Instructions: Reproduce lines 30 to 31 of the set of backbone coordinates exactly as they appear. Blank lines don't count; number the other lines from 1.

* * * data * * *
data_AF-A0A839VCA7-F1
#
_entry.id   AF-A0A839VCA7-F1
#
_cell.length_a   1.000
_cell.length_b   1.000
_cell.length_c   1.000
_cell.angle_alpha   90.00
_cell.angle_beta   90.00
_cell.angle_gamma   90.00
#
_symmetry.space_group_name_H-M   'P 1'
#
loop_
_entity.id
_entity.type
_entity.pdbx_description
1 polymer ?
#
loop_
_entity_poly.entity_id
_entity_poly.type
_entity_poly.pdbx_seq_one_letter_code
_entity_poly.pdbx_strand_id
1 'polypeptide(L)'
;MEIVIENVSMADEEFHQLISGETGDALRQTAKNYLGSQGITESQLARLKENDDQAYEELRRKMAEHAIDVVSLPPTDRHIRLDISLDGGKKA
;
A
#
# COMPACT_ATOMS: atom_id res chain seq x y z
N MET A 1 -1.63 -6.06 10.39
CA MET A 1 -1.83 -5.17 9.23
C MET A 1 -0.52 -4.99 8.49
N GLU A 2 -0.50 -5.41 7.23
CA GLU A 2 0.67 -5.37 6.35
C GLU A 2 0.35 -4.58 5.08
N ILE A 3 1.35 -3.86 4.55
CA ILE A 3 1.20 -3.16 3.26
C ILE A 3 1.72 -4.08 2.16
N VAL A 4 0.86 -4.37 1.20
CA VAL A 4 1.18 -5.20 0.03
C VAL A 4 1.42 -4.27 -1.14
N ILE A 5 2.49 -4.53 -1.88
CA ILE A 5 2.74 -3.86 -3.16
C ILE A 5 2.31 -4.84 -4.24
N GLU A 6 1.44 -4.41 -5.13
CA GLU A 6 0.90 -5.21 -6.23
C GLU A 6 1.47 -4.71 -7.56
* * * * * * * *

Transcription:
# COMPACT_ATOMS: atom_id res chain seq x y z
N MET A 1 -1.63 -6.06 10.39